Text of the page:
As Frontstretch‘s resident road racing expert, I love the twisties. You never know what you’re going to get. At a place like Road America, the sheer magnitude of the facility means that you never know what’s going to be thrown your way.
Kwik Trip 250
Honestly, I really wasn’t sure what to expect going into this past weekend’s action at Road America for the NASCAR Cup Series. This is where the power cut really comes into play as the cars just seemed gutless at times. It’s likely part of the reason why the race had no natural cautions.
While 670 horsepower is definitely a lot of power for the average driver — personally, I’ve never driven anything with more than 305 (that was a V6 Mustang rental car I had in Daytona back in 2013) — this was an 80 horsepower cut as compared to the Gen6 car last year at non-superspeedway and intermediate tracks. It’s harder to spin the tires.
Pre-race coverage had a series of interviews, along with a couple of cutaways to Rutledge Wood, where he talked a bit about the history of racing in Elkhart Lake, Wis. Essentially, the beginning of racing there is very similar to what happened Watkins Glen around the same time, but doesn’t get as much press.
With only two cautions for the stage breaks, the leaders (Chase Elliott, Tyler Reddick) got way out in front of the rest of the field. In that scenario, without much happening up front, you need to drop down through the field and provide viewers with as much action as you can. That didn’t really happen on Sunday. There were long stretches of time with next to no action.
Now, it is possible that there wasn’t much going on. It’s also possible that the sheer size of Road America meant that there wasn’t enough camera coverage to see everything. Heck, there isn’t enough spotter coverage there due to the shrunken crew rosters. Based on what I could tell from the Virtual Media Center that NASCAR offers to media members and the on-screen pylon, there was action to be shown, but we didn’t get it.
Sunday’s race also saw the use of a streamlined pylon from time that omitted driver names and just used the car numbers. Think of a more modern version of ESPN’s pylon they used on NASCAR broadcasts from late 1995 to early 1998. I thought it was interesting and would not mind additional usage of it. I’d like your thoughts on it.
A race at Road America seems to have a lot more commercials than other tracks since the laps are so long. It’s possible to take nearly a full commercial break and come back on the same lap. This leads to commercials being taken at questionable times. One example would be on lap 27, right before a bunch of pit stops. Yes, the broadcast got back in time for them, but it just seemed like a bad idea, even though it had to be done.
Since the race ended so early, post-race coverage was more akin to what you used to see during the playoffs four or five years ago, with nearly a hour of content. Viewers saw Reddick join Dale Jarrett, Marty Snider and Brad Daugherty on the Peacock Pit Box. You heard the stories about Reddick’s son, Beau, which our own Daniel McFadin wrote about.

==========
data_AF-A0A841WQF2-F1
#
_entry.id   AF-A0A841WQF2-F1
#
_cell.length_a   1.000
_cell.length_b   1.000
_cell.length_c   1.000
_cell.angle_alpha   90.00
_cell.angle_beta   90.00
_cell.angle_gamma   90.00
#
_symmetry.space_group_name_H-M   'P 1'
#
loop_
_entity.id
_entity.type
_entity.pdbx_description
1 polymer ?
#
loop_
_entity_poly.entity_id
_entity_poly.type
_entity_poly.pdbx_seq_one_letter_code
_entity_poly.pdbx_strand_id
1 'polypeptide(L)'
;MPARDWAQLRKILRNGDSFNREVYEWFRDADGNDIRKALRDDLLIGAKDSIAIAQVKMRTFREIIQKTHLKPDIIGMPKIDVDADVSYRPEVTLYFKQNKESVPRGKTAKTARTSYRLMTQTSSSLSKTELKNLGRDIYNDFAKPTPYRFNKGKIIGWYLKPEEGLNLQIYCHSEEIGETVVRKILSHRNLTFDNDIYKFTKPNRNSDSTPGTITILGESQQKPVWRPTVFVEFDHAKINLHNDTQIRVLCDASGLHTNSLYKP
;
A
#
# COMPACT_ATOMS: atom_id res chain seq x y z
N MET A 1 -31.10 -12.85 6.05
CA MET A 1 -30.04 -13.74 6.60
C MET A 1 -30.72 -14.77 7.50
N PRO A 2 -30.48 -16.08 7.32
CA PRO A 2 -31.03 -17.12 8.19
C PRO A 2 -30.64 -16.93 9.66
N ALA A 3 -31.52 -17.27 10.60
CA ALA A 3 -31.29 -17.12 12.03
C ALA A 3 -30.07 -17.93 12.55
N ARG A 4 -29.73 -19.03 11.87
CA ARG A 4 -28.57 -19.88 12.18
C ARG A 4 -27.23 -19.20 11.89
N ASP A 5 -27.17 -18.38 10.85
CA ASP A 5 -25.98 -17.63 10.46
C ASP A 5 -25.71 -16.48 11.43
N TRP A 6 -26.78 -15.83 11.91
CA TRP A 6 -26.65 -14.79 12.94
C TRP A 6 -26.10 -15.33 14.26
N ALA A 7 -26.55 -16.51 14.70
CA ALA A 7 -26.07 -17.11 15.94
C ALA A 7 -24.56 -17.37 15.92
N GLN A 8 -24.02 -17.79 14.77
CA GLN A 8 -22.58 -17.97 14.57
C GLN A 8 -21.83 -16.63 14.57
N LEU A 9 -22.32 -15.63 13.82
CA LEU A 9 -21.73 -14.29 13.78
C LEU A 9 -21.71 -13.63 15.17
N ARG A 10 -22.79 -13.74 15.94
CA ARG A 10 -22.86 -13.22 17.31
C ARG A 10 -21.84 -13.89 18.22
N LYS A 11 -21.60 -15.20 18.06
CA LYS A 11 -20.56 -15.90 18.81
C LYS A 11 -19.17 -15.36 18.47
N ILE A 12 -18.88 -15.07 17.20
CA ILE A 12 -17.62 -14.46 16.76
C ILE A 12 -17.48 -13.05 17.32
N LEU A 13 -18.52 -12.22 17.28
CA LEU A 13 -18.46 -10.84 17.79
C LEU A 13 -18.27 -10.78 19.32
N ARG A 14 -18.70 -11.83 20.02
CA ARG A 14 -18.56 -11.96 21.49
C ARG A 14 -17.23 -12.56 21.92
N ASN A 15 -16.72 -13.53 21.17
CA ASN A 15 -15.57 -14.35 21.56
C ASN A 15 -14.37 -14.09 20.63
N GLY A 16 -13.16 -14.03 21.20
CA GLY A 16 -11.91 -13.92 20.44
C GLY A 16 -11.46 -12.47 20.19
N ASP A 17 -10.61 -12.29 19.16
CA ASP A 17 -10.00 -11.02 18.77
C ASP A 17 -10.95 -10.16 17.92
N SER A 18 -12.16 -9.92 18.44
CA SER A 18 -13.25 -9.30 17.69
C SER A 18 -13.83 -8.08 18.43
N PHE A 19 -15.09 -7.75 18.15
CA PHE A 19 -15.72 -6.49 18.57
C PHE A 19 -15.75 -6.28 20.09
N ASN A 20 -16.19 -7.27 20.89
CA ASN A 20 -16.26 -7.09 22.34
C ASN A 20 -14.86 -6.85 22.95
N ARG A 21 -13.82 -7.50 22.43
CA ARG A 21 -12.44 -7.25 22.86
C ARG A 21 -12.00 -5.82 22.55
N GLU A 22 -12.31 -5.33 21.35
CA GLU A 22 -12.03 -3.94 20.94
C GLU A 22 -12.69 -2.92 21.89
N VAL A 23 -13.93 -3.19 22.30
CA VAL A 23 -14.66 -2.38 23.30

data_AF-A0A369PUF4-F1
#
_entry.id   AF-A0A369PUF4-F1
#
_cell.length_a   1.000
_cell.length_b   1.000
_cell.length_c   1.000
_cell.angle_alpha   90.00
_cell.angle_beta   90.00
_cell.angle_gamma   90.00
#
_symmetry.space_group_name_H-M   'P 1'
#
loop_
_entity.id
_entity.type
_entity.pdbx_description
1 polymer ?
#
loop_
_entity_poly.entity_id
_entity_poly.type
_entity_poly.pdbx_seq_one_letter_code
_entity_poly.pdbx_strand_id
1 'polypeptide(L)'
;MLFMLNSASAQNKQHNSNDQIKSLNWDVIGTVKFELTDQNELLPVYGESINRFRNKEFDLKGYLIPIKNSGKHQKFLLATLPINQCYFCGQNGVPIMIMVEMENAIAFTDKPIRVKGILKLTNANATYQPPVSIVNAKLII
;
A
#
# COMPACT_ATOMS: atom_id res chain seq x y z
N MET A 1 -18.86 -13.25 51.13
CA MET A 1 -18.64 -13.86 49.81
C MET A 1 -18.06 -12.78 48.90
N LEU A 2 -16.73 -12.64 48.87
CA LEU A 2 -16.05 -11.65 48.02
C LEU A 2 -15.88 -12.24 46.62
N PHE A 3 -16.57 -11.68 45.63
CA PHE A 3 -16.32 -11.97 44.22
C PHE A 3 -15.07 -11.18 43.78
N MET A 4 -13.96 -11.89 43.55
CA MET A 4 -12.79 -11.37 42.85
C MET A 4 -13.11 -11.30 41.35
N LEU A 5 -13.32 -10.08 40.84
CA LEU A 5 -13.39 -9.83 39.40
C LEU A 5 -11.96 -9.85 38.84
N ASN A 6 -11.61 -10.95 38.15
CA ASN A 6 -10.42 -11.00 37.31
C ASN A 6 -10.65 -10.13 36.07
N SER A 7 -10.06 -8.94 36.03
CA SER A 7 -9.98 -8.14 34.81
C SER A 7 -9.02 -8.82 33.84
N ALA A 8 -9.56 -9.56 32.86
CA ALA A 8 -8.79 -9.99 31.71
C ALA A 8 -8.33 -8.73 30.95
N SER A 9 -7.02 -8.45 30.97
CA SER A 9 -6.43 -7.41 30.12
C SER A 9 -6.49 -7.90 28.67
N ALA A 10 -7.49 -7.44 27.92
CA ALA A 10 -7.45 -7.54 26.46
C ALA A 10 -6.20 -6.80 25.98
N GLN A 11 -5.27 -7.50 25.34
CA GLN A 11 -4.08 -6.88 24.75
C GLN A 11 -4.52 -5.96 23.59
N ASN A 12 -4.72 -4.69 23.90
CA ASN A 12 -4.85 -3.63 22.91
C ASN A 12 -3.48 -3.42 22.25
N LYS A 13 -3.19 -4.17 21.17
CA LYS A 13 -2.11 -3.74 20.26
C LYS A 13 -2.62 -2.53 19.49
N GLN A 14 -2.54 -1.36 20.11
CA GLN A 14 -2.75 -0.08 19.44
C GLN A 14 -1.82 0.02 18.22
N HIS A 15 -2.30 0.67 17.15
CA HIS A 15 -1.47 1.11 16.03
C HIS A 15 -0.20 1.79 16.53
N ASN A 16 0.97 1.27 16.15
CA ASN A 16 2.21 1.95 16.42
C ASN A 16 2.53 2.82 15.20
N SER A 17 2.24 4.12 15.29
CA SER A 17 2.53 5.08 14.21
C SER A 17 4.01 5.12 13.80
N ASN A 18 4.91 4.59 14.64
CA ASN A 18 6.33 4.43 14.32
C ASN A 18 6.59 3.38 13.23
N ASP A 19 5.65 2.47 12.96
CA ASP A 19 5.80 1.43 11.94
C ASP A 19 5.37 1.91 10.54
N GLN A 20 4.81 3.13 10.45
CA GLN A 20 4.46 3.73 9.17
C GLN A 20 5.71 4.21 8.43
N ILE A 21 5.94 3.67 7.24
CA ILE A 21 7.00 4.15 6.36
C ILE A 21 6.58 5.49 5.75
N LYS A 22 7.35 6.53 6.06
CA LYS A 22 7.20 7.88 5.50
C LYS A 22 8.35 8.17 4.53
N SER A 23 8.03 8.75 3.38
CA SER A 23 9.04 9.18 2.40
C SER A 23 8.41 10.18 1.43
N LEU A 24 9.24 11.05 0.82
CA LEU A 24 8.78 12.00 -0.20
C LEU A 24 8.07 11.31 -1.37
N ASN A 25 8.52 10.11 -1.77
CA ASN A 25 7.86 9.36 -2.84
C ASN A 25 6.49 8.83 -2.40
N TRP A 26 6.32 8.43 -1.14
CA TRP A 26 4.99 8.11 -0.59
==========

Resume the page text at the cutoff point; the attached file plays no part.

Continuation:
You also got a few other interviews. Richard Childress talked about how Sunday was a big day for the organization. It’s the organization’s first Cup win in two years and the first win for the No. 8 team since 2017. Ross Chastain, Daniel Suarez and Michael McDowell talked about how their performances showed their organizations’ recent strengths.
Overall, this was a spread out event where you had to really work to find the good stuff to show. While yes, they had the battle for the win between Elliott and Reddick covered, it seemed like everything else was truly lacking. You can’t focus almost solely on two drivers for the last 20 laps of a race, no matter where you are.
Also, before we go, there was a discussion among some of our staff Sunday during the race. Some of my colleagues are under the opinion that Dale Earnhardt Jr.’s commentary style is an attempted impersonation of the late Barney Hall. Admittedly, I never listened to Hall call a race in his prime, so I don’t have that much of a frame of reference, but I’d like your thoughts on this as well.
Saturday’s Xfinity race at Road America was a very different beast, even though the result at the end was actually somewhat similar as the dominant driver ended up second. Of course, there is one thing that this race will be remembered for: some shenanigans.
It’s pretty obvious what happened here. Noah Gragson and Sage Karam had contact a few times in the first couple of corners on the lap. Gragson was apparently already upset about it after turn 1. Replays showed that he gestured angrily to Karam. After additional contact, it appeared that he hung a right into Karam’s left rear corner and spun him out. Mayhem followed.
As you’re likely aware if you’re reading this column, this is not the first time that this has happened with Gragson, but the circumstances were much milder. Two years ago, he intentionally wrecked Myatt Snider at Las Vegas.